Growth Vs. Value Stock Investing: A Beginner’s Guide

Wall Street has proven to be a great long-term wealth-building vehicle. The S&P 500, for example, has rewarded patient investors with an annual average return of 13.6% in the past 10 years. However, it is worth noting that not all stocks that helped investors beat the market in that time are created equal. Many of the most desirable stocks may look the same on their surface, but a closer look at their fundamentals will reveal most equities fall under two categories: growth and value stocks. These equities have demonstrated an increased propensity for creating wealth over time, which begs the question: Which types of stocks are better for today’s investors? More importantly, who wins the ongoing growth vs. value stocks debate? The following will discuss value vs. growth investing and which strategy may be suited for your specific goals.

What Are Growth Stocks?

As their names suggest, growth stocks represent companies whose prerogative is to grow at a fast pace. By that definition, however, every company listed on the stock market could conceivably adopt the growth stock moniker. Fortunately, there are more specific indicators to help us differentiate growth stocks from undervalued stocks.

Growth stocks are traditionally smaller companies with aspirations of becoming leaders in their respective industries. In doing so, growth stocks tend to trade immediate profits for accumulating revenue. More specifically, growth companies prioritize generating the most income possible over retaining profits on their balance sheets. That means most growth companies are perfectly comfortable putting money back into the business to expand operations.

In the short term, the vast majority of growth stocks aren’t even profitable because of their willingness to fund future expansion. It isn’t until the businesses mature enough to turn their previous investments into actual profits that they start to shed the idea that they are still growing. Consequently, once growth stocks turn their attention towards maximizing profits, they may no longer prioritize growth; they may be more content maintaining the status quo, which leads directly into the growth vs. value stocks debate everyone is interested in settling.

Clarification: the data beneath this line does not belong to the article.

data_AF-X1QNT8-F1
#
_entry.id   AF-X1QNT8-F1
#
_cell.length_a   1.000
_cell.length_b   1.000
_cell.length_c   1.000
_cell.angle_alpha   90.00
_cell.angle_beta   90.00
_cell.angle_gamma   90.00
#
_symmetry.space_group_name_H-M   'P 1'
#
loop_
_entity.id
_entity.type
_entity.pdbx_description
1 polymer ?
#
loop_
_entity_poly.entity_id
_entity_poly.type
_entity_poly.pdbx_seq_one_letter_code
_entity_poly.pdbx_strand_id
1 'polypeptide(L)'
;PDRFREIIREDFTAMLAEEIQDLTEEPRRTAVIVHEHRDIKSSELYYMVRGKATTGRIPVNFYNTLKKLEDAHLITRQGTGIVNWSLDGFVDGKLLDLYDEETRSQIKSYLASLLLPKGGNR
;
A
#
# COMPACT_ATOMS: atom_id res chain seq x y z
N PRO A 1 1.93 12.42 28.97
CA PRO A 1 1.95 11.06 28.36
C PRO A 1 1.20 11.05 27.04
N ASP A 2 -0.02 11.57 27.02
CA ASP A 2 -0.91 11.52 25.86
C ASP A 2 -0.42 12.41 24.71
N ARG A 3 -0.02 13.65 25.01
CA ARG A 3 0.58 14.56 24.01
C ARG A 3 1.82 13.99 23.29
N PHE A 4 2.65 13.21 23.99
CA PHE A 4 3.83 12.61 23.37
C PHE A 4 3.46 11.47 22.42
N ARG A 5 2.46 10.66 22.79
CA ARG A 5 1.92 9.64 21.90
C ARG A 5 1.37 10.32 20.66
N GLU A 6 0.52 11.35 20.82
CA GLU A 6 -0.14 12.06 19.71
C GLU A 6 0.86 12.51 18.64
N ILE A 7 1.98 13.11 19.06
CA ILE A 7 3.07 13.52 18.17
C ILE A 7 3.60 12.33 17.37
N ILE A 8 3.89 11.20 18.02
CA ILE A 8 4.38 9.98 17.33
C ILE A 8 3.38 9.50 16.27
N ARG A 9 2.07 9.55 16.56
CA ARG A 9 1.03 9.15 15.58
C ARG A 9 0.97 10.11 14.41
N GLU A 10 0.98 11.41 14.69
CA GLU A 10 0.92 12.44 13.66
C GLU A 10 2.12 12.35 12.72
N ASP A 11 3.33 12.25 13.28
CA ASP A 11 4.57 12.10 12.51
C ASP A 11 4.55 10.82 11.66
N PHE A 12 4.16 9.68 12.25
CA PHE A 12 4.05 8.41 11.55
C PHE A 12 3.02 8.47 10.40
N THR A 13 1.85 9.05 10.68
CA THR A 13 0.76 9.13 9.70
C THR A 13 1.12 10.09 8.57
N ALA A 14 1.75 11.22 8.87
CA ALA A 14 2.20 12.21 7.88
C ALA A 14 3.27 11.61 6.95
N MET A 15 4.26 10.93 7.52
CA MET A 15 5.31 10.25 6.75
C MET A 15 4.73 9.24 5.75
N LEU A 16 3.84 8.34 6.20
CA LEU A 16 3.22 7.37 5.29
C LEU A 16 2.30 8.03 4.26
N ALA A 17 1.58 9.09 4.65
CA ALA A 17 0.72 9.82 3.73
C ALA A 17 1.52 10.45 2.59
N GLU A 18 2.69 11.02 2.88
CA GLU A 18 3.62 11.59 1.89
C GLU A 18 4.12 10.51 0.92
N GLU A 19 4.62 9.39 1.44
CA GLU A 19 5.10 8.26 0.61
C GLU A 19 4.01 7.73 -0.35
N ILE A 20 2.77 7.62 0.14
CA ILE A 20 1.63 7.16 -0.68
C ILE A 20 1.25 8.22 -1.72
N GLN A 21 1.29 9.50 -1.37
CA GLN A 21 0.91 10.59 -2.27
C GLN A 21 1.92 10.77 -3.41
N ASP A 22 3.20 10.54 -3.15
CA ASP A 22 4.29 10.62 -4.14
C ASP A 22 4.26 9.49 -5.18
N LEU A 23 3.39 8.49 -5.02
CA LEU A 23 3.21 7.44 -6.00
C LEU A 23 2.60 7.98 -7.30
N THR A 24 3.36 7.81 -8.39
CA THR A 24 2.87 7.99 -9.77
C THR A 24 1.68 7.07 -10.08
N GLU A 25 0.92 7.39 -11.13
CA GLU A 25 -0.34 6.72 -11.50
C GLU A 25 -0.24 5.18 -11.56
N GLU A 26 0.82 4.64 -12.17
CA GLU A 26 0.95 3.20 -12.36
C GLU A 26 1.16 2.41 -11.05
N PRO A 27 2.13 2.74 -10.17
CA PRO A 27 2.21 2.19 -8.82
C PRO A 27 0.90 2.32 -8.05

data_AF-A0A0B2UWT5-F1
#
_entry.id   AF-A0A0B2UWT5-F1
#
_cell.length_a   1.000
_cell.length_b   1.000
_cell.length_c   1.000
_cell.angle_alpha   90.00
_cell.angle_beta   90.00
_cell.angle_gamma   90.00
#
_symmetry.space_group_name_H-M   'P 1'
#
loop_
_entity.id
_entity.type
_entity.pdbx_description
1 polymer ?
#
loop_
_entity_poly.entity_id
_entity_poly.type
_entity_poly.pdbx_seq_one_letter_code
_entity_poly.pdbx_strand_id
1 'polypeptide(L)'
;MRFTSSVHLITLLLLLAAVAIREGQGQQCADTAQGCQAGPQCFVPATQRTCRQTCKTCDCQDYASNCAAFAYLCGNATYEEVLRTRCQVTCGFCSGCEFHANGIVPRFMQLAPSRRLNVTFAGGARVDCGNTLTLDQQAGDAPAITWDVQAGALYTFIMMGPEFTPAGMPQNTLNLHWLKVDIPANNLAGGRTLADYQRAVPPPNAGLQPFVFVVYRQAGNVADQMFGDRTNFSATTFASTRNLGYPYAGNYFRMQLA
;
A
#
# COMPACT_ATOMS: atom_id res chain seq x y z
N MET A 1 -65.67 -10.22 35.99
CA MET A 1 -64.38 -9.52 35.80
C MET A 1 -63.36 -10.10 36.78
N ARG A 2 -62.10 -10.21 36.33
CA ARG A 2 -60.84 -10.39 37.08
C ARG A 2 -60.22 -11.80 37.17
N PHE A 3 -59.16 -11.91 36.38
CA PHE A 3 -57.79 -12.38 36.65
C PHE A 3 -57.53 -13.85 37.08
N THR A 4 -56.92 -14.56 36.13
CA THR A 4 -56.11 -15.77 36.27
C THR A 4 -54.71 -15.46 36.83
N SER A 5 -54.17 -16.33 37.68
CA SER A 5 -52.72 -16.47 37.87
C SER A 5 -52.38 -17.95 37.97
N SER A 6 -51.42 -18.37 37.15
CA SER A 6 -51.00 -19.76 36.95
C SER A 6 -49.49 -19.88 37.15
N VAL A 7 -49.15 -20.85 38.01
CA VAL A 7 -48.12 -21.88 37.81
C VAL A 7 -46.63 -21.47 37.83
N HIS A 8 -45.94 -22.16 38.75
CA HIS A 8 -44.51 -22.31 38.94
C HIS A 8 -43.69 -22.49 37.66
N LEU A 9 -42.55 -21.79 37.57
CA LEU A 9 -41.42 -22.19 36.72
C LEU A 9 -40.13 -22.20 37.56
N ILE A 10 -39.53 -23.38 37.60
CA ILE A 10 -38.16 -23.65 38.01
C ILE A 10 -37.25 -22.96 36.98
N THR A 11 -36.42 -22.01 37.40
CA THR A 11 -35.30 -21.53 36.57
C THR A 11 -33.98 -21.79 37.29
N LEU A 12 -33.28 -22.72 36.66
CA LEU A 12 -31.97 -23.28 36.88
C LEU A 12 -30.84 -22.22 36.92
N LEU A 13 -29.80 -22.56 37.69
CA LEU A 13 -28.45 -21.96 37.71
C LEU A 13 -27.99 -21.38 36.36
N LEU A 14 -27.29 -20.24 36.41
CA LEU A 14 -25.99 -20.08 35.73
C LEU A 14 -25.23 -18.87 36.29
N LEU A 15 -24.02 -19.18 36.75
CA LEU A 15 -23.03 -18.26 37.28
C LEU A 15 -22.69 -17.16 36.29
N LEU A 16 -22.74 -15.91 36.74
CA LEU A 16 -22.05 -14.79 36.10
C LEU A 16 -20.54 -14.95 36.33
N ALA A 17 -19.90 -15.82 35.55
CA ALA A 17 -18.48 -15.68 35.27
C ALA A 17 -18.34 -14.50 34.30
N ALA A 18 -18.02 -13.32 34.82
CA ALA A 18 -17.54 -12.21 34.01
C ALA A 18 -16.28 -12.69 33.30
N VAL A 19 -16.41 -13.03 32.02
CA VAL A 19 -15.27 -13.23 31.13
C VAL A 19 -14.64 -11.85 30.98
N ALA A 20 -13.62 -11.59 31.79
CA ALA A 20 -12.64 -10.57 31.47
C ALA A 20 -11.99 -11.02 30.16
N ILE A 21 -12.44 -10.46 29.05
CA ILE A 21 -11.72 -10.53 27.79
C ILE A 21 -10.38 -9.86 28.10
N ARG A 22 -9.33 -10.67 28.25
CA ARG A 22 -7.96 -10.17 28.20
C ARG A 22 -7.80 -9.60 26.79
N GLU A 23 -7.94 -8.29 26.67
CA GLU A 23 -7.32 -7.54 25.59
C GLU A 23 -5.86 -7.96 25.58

Understanding Growth Investing

Investors covet true growth stocks with long-term strategies. If for nothing else, building a position in a growth stock while it’s still in its growth phase has the potential to create immense wealth, given that the company has years to reinvest revenue into a promising business model.

Growth stocks tend to trade at higher multiples than their less promising competitors. The untapped potential of a promising growth stock increases its perceived value in the eyes of growth-minded investors, which ultimately leads to more buying and stock price increases. As a result, great stocks often get caught in a positive feedback loop. Investor sentiment will oftentimes increase the stock’s price-to-earnings (P/E) ratio, which suggests the company’s growth rate will outpace the broader market.

The said, not all growth stocks live up to their potential. In fact, only a small minority of stocks will actually outpace the growth trends set by the overall market. Therefore, it is important to understand growth investing to pick the right stocks. Investors can’t simply evaluate a growth stock based on its P/E ratio; some don’t even have earnings. Instead, investors need to account for every metric, some of which are objective and others that are subjective.

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